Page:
"Ah." Ayden opened his eyes and nodded at the boars. "I'd not discourage you from such a noble task, but you must know the humans will kill you?"

The squealer took another step forward. This time, the snorter joined him.

Who was he to argue with that?

He stepped aside. Freed of his influence, the boars bolted across the clearing and disappeared back into the dense wood.

Ayden took off after them at a hard run. He followed them for hours, even though he knew with fair certainty where they would go. Indeed, they did not disappoint.

The sun had crested the sky by the time they reached the boundary between the elven and Feral lands, where a foot-wide crack cut through the forest like a fatal wound. No life grew near the fissure for twenty paces, the very earth scorched into volcanic rock and great sheets of muddy glass. No elf had crossed the fissure for over two-and-a-half centuries. The boars, however, trotted over without pause, drawn inexorably by the Call that wailed like death in Ayden's inner ear.

Ayden stopped short, loath to set foot or toe upon the deadened earth.

Instead he found the tallest tree at forest's edge: a massive red cedar, its trunk as big around as twenty of him and its lowest branches a good dozen paces overhead.

"I don't suppose you'd offer me a hand up?" he asked, placing a hand upon the trunk and trying to coax a branch to bend within his reaching.

Alas, this tree had sung its melody unchanging for over two thousand years, and it had no interest in shifting for a whelp such as he—never mind that he'd seen a century or eight himself.

Ah, well. He hadn't really thought it would. He fished his steel bearclaws from his satchel, buckled them onto each boot and each hand, and started up the trunk the hard way.

Long minutes later, sticky with sap and quivering with fatigue, Ayden broke through the canopy. He dug his farseer from his satchel and peered through the lens. From this new vantage point over a hundred paces high, he could see south across the cultivated human lands for nearly three leagues, and the same distance west across the forest canopy of the Feral lands into the Myrkr Mountains. A few leagues southwest, in the direction the boars had gone, he spotted a dozen crowned eagles gliding over a low mountain peak. No, not just gliding . . . they were circling as a pack, wingtips splayed like fingers on a massive hand.

Crowned eagles never flew in flocks, could barely tolerate each other even when mating. He could hear the wrongness pouring from them in pounding, discordant waves.

Command would wish to know of this. Ayden balanced himself between the trunk and two narrow branches, letting them take his weight, and focused his mind on forming a signal cloud. 'Twas no easy feat for him, a naturally adequate musician at best, to hear the cloudsong so far away and amongst so much noise from the forest below, but at last he detected faint threads of it, high notes jittering chaotic and fast in the upper sky, and he shaped them with his mind into clear lines and measures. Above him, three clouds merged into two and formed the symbol for Ferals and a navigational marker.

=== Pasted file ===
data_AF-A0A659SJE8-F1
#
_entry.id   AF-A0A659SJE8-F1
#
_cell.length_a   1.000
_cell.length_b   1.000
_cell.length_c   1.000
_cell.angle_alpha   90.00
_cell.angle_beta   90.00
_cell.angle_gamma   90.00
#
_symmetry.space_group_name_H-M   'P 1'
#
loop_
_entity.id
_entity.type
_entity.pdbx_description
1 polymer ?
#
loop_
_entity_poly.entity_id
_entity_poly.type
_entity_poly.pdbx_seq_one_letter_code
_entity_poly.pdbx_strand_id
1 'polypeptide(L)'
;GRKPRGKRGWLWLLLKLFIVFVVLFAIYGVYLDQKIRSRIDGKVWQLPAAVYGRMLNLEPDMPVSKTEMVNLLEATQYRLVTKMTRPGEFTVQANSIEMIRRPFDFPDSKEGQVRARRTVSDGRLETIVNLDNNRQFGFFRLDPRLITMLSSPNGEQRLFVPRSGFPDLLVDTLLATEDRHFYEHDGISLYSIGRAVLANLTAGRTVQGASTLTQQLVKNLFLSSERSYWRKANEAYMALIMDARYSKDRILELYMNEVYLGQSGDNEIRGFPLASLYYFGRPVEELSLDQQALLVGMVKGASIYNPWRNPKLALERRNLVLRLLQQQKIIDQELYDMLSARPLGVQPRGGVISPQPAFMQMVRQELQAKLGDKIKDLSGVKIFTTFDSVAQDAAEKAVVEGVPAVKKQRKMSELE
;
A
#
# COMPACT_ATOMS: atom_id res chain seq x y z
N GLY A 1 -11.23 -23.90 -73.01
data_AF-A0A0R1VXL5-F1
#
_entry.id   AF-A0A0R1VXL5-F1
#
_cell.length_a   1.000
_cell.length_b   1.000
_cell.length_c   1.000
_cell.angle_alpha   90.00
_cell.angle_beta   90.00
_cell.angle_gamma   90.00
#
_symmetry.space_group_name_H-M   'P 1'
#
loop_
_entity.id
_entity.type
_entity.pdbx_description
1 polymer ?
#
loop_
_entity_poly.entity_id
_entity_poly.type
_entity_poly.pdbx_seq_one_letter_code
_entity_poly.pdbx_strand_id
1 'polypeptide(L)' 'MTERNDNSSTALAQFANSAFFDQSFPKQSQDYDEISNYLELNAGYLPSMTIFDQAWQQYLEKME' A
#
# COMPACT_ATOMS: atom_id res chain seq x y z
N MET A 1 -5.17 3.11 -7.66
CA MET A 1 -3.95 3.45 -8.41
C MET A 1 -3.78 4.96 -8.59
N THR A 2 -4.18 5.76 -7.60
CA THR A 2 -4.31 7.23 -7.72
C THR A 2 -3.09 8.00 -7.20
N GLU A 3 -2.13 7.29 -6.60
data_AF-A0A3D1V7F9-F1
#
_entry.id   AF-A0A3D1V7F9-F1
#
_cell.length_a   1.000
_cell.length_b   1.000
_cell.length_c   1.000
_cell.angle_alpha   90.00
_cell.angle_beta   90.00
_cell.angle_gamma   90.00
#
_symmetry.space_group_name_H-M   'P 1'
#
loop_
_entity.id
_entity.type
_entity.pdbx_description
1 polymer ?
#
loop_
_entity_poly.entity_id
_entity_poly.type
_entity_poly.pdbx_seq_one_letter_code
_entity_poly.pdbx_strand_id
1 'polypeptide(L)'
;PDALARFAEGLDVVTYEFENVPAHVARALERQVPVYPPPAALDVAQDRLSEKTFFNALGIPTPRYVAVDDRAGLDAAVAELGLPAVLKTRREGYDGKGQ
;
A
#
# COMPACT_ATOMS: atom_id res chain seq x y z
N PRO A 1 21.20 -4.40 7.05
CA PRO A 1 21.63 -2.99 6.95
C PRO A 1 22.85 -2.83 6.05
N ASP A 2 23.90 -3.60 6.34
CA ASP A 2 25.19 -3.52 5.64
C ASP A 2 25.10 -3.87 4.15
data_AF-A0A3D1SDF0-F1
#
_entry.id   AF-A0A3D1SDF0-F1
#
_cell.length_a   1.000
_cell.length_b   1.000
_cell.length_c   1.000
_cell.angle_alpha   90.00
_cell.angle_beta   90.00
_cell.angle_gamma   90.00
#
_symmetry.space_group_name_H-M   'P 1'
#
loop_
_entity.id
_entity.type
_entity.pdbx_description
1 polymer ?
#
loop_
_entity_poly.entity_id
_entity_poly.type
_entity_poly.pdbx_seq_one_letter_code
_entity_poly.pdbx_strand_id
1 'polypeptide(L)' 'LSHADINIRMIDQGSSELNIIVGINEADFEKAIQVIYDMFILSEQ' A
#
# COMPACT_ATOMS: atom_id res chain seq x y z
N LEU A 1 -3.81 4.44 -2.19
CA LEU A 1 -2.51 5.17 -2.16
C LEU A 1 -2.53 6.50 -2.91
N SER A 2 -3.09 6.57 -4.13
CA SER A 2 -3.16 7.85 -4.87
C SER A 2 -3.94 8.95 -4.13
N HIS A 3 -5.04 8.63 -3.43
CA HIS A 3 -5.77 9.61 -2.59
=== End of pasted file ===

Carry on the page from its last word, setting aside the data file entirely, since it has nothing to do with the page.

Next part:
He held them as long as he could, gritting his teeth against the strain. But his clouds drifted quickly, and a moment later he gave up, panting, and let them scatter. No matter, though; Command would have seen the signal immediately and understood.

The Surge was building.

Professional Reviews

The Erotic Reader
Counterpoint: Song of the Fallen (Volume 1 of 2) is an erotic tale of fantasy and romance between an elf and the prince who has captured him. Set on a world where elves and humans live apart because of a war waged between the two many years ago, this story has a well-built, full, and rich universe with truly well-crafted characters.

When Ayden is captured after being responsible for the deaths of several humans, he bargains with the Prince of Farr Province for his sister's safety. Freyrik is attracted to the elf like he's never been attracted to anyone else before and he's more than pleased to accept Ayden's bargain.

Erotically-charged, but not overdone, this story is an excellent romance as the characters learn more about each other and their differences-and similarities.

I have one very big gripe and that's the cliffhanger ending. There's a second book due out in this series, but it's a long time coming with a release date sometime next year. It's my understanding that this second book will tie up this story, but as someone who's addicted to her happy endings, I wasn't thrilled to find myself stuck at the end. Some of the storylines resolve themselves, but many more don't.

However, that said, this was a really great captor/captive romance and I'm a huge fan of those. (Warrior's Woman, anyone? LOL.) If you enjoy the same, you should really try this one out. Counterpoint is good fantasy and great romance!